4 Replies Latest reply on Jul 19, 2014 10:42 AM by Arivl

    12 core Mac Pro does not improve render time over iMac quad core

    oliverwatson Level 1

      I'm rendering the same composition independently on two computers and they are basically rendering at the same rate, which is slightly better than 1 frame per second.

       

      The project settings and preferences are identical in each instance (with the exception of memory and multiprocessing, which I have experimented with ad nauseum). The composition includes no motion blur, no effects, just a couple of layers of chroma keyed .mov files (using keylight 2.0) and some still images. Neither machine is running any other applications, except occasionally Google Chrome, which seems to have no effect on performance.

       

      Both systems are running the latest version of After Effects CC (2014) and using the Classic 3D renderer.

       

      System 1 MAC PRO:

      • Mac Pro 12 core 2.7 GHz Intel Xeon E5
      • dual AMD FirePro 500D 3072 MB GPUs
      • 32 GB RAM
      • OS X 10.9.4

      System 2 iMAC:

      • iMac quad core 2.5 GHz Intel Core i5
      • AMD Radeon HD 6750M 512 MB GPU
      • 8 GB RAM
      • OS X 10.9.3

       

      As you can see, system 1 is vastly more powerful, and yet no combination of memory/multiprocessing settings can get the system to render faster than system 2.

       

      It doesn't seem to matter how much or little RAM I reserve for other applications (I have settled on 4 GB), or the number of CPUs I reserve for After Effects. The one setting that has improved performance is turning OFF render multiple frames. And even then it only brings the performance of the Mac Pro up to par with the iMac. I have cleared my cache, rebooted the computer, and read everything I can find online regarding the optimization of render settings.

       

      Here's a comparison of the respective CPU Loads:

       

      iMac

      iMac CPU Load.jpg

      Mac Pro

      CPU load.jpg

      With such a low CPU load, After Effects is obviously not utilizing the resources available to it on the Mac Pro. What a waste.

       

      Can anyone help?

        • 1. Re: 12 core Mac Pro does not improve render time over iMac quad core
          Arivl Level 1

          For a start, I don't think you have a sufficient amount of ram to utilize all the processors, so it's not surprising that the processors aren't the bottleneck.   I would check to see if your ram is being completely tapped out during the render, and if so, it would explain why you aren't seeing your CPU being fully utilized.

           

          For reference, I have a Mac Pro with 8 cores, and 128GB of ram, and under many circumstances AE uses all of it.

          • 2. Re: 12 core Mac Pro does not improve render time over iMac quad core
            oliverwatson Level 1

            Thanks for the response, Arivl. I'm sure you're right about the mismatch of RAM and processors, but it still doesn't explain why it isn't outperforming a machine with one quarter the RAM. Shouldn't it be at least twice as fast as the iMac if I allocate 8 cores and 16 GB of RAM, versus the maximum 4 cores and 8 GB available on the iMac?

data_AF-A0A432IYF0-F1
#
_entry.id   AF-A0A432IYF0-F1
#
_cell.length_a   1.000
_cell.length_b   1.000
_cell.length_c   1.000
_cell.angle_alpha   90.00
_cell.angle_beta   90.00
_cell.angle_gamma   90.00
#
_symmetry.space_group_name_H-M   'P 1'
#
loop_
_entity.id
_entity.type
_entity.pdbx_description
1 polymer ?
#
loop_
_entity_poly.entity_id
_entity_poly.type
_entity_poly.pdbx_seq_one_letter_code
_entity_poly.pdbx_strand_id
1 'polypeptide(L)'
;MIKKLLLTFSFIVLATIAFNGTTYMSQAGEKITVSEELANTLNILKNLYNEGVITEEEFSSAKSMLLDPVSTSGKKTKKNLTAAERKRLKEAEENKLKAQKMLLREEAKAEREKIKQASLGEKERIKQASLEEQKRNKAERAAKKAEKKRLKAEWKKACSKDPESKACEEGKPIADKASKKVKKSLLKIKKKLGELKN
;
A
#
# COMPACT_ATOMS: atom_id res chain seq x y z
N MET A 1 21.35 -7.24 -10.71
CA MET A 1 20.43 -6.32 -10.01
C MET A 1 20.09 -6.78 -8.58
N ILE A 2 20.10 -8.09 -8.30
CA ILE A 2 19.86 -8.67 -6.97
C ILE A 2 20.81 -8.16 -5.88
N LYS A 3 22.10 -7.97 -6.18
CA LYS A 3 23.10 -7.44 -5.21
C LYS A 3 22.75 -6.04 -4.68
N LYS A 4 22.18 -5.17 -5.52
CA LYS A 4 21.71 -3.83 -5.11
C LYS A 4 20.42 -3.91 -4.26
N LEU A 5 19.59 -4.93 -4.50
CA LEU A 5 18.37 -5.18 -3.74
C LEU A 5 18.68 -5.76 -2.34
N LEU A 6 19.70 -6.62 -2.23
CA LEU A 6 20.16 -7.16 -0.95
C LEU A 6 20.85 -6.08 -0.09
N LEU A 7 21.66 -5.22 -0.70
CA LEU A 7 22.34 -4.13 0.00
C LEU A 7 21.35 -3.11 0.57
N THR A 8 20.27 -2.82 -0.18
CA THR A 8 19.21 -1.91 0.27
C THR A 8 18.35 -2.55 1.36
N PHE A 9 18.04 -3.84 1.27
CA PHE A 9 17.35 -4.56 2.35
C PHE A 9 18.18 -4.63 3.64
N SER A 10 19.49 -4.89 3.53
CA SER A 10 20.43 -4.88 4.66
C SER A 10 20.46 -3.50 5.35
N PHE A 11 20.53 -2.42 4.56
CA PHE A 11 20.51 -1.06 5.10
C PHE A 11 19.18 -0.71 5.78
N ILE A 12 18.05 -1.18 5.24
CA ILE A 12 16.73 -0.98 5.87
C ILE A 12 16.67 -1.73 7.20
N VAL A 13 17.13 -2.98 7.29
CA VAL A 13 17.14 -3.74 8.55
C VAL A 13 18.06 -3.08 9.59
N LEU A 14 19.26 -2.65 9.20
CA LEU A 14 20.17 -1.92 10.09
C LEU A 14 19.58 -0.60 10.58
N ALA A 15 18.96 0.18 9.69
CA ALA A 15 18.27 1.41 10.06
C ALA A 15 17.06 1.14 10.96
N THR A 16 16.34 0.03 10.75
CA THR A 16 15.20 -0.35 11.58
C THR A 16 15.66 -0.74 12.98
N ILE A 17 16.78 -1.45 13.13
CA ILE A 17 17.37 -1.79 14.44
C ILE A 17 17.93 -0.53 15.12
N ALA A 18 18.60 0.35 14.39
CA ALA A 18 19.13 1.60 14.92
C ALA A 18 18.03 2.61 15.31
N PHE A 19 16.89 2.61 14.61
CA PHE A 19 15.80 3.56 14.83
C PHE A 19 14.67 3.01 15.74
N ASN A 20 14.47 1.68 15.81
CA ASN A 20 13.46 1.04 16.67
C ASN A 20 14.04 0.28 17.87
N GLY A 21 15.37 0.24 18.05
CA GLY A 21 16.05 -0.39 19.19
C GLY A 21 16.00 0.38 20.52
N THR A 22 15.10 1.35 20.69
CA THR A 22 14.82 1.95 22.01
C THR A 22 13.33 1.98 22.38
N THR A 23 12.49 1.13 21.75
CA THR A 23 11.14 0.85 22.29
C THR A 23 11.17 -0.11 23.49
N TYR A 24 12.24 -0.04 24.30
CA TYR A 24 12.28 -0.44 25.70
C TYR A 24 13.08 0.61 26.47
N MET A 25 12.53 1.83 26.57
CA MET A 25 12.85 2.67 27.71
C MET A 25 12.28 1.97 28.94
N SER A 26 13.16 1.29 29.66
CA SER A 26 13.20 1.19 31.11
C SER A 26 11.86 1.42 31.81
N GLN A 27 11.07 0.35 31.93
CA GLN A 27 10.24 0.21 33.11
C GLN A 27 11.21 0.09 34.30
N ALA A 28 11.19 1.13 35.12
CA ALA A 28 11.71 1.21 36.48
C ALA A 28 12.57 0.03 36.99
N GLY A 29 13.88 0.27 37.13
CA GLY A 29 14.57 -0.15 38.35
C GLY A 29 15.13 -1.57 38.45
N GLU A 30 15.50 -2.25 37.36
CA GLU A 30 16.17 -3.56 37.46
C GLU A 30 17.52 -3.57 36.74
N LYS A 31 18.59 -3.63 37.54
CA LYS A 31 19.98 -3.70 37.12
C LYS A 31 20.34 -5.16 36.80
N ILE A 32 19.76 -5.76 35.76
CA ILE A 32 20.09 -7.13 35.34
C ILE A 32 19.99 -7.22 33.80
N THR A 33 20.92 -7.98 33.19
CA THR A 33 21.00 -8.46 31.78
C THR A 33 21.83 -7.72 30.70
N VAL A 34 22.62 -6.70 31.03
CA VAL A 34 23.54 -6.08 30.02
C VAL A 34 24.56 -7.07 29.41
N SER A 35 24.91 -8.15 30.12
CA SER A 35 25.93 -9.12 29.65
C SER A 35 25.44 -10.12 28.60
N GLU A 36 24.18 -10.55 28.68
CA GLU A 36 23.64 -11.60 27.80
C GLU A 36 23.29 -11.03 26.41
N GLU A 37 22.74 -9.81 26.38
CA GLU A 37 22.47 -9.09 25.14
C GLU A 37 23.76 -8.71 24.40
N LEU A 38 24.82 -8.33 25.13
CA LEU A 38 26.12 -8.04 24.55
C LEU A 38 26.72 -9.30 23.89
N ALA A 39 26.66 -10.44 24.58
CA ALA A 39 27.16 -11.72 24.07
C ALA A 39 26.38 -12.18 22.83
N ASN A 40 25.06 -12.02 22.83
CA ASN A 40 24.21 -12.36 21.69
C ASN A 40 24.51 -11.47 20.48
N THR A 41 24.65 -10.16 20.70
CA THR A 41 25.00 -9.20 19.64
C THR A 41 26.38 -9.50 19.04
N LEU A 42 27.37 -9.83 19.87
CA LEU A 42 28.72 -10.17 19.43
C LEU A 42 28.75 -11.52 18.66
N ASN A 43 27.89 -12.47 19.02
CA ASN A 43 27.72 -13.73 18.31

• 3. Re: 12 core Mac Pro does not improve render time over iMac quad core
              Andrew Yoole MVP & Adobe Community Professional

              There's plenty of debate about the new Mac Pro vs a kitted out iMac.  Benchmarks show that some iMac After Effects processing can actually be faster than on a Mac Pro, depending on the content and some other factors.  If you're using software that has been optimised for the Mac Pro's GPU-centric architecture, like Final Cut Pro X, you will see great benefits.

               

              mac pro vs imac

               

              In my own facility recently we opted out of purchasing Mac Pros this year, and bought top-end iMacs instead.  The benefit to cost ratio simply didn't make sense for us right now.  Mac Pros are awesome machines, but a significant component of their cost is the dual GPUs, which are simply no benefit to After Effects.

               

              Reports say that the After Effects engineers are working on a major revamp of the After Effects processing system, so I'm betting you will realise far greater benefits from your Mac pro in coming AE versions.  For now, you may continue to see performance that is not spectacularly better than a souped-up iMac, depending on the type of processing involved.

               

              I've seen a few benchmarks that suggest the 8 core systems give better bang-for-buck than the 12 cores.  Try reducing your processors to 8 in After Effects and see if it makes a difference.  With 8 cores, allocate 3GB of RAM per core to leave some RAM for the OS.

              • 4. Re: 12 core Mac Pro does not improve render time over iMac quad core
                Arivl Level 1

                Oliver, you're right in principle that more ram should enable you to use more processors, but the truth is that AE often is unable to hand multiprocessing efficiently.   As you know, depending on the project, it's sometimes better to have multiprocessing disabled entirely, but even in those situations where it lends some advantage, it might still not be better than having fewer, faster processors.

                 

                If you post a link to a collected test project and your render times (both nMP and iMac), I can try rendering it on my system to see where the bottleneck is.